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The NHS is preparing to fast-track the introduction of ‘game changing’ new cancer drugs that target tumours according to their genetic make-up rather than where they originate in the body.
Speaking to health leaders in Manchester, NHS England chief executive Simon Stevens will say that the health service must be ready to fast-track tumour agnostic drugs in the same way as the CAR-T cancer therapy. Patients in England were among the first in the world to benefit from the treatment earlier this year.
NHS England say that the revolutionary treatments – known as ‘tumour agnostic’ drugs – can be used against a wide range of cancers and could offer hope to patients with rare forms of the disease that may previously have been untreatable. The first of the new cancer drugs are set to come on to the market within months.
Around 850 patients a year could benefit from the frontrunners. NHS England will now work with the industry to step up preparations and bring together different cancer specialists to ensure all patients who could benefit from tumour agnostic drugs are identified, and embed the tests for these genomic mutations within existing cancer pathways.
Speaking at the Confed19 event Simon Stevens is expected to say: “This exciting new breakthrough in cancer treatment is the latest example of how the NHS can lead the way in the new era of personalised cancer care. The benefits for patients, in particular children, of being able to treat many different types of cancers with one drug is potentially huge, helping them to lead longer, healthier lives.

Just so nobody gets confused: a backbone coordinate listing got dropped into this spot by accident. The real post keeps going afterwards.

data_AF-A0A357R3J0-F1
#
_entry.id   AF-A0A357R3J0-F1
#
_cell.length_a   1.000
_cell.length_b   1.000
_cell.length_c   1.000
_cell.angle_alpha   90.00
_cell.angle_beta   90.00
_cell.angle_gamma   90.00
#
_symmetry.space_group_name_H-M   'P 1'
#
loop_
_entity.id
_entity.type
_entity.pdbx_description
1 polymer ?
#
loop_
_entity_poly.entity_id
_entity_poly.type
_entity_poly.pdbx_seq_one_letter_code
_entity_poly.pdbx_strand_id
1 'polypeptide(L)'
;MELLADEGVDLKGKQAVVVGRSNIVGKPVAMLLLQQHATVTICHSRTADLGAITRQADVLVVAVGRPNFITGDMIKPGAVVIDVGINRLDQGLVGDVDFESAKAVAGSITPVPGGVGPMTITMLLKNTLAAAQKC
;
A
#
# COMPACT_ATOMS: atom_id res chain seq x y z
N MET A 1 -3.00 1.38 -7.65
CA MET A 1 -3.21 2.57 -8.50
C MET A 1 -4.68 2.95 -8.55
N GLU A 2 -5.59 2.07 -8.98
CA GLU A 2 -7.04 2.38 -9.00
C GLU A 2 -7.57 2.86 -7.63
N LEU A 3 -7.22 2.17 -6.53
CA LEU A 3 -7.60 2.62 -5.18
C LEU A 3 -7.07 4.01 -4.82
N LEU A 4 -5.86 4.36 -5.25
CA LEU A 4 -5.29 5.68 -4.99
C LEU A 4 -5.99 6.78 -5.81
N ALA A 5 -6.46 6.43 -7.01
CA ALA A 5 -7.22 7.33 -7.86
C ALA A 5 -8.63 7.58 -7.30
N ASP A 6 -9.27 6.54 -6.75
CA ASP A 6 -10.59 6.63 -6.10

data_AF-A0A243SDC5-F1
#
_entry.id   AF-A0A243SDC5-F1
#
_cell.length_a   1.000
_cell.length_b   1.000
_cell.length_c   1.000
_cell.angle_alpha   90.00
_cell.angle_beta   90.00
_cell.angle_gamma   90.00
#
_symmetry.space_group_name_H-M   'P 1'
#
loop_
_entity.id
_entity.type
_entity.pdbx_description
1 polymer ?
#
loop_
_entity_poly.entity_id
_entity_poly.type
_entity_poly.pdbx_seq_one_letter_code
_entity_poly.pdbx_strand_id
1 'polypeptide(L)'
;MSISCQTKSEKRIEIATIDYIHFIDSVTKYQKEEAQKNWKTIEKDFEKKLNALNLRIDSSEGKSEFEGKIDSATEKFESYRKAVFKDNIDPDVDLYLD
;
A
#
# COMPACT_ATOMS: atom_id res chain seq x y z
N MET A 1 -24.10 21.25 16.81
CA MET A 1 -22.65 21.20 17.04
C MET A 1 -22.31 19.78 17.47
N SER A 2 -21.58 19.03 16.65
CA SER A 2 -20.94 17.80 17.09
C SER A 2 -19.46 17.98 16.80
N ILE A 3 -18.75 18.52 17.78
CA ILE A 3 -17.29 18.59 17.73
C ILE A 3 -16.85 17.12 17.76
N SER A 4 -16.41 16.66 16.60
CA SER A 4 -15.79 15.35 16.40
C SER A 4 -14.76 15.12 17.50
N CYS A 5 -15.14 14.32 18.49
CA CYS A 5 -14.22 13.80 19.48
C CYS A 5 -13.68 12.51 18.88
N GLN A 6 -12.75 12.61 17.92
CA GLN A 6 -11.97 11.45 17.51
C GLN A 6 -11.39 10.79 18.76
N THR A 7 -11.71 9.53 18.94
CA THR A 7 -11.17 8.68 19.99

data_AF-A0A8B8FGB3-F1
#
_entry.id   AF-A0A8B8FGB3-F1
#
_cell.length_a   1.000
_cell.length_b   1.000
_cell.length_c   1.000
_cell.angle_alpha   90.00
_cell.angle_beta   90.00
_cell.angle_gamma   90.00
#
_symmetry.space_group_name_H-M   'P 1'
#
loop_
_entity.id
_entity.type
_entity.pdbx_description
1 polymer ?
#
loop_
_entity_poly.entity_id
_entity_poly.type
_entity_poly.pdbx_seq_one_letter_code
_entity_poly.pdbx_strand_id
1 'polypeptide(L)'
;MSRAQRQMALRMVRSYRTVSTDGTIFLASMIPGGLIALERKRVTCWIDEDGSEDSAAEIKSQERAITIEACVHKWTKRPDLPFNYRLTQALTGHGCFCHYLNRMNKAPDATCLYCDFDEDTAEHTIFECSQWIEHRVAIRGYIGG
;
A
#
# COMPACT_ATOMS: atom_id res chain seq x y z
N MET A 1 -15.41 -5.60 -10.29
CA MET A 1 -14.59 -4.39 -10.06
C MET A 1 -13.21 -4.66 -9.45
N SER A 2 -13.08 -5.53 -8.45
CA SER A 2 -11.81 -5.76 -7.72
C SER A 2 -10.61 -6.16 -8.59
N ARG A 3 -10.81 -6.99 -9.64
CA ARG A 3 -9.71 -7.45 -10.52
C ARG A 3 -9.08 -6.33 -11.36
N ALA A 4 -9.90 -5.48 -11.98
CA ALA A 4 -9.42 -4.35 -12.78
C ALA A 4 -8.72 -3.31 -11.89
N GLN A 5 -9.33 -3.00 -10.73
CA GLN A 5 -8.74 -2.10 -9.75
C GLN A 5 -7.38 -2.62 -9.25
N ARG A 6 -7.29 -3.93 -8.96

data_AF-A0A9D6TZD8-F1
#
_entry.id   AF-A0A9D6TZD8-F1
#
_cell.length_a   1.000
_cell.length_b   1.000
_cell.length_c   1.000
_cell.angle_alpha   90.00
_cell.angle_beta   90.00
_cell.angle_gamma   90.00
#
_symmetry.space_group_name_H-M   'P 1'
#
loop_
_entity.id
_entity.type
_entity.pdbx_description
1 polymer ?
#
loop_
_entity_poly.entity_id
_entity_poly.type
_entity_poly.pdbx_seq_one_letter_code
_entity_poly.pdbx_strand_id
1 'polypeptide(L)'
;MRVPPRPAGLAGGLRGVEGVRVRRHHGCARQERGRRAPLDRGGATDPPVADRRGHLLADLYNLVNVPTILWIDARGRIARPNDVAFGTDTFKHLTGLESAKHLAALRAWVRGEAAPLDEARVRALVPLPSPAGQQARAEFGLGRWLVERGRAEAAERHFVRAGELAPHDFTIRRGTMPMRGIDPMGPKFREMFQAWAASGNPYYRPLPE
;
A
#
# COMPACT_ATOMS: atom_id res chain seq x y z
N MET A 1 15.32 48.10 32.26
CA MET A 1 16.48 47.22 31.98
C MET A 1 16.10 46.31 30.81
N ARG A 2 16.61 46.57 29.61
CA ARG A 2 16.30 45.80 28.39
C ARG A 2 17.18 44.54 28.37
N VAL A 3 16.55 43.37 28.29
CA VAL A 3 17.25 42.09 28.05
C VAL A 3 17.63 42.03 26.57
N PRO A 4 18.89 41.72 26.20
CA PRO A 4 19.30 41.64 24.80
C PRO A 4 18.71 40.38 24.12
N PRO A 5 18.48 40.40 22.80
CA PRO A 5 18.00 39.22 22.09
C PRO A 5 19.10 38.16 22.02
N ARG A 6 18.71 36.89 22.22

“NHS patients in England were at the forefront of the CAR-T revolution and I want to make sure that they are also among the first in the world to benefit from these treatments. Preparations are underway to make sure the NHS can adopt these next generation of treatments, but manufacturers need to set fair and affordable prices so treatments can be made available to those who need them.”
Ian Walker, Cancer Research UK’s director of clinical research, said: “These new cancer drugs absolutely represent the kind of exciting innovation the NHS should be looking to fast-track. And it’s great that the NHS recognises the huge potential of these emerging approaches. The concept of focusing on specific mutations that drive a person’s disease, versus the cancer type, is a fascinating one.
“Whilst this approach may not work in all cases, where the weight of clinical evidence supports the approach, this could open up opportunities for cancer treatment that we wouldn’t have had 20 years ago. It’s essential that patients are offered routine genetic analysis of their tumours, no matter where they live, to match them to appropriate treatments, such as these drugs. If approved by NICE, tumour agnostic drugs could give hope to children and young people with cancer, patients with rare cancer types, and their families.”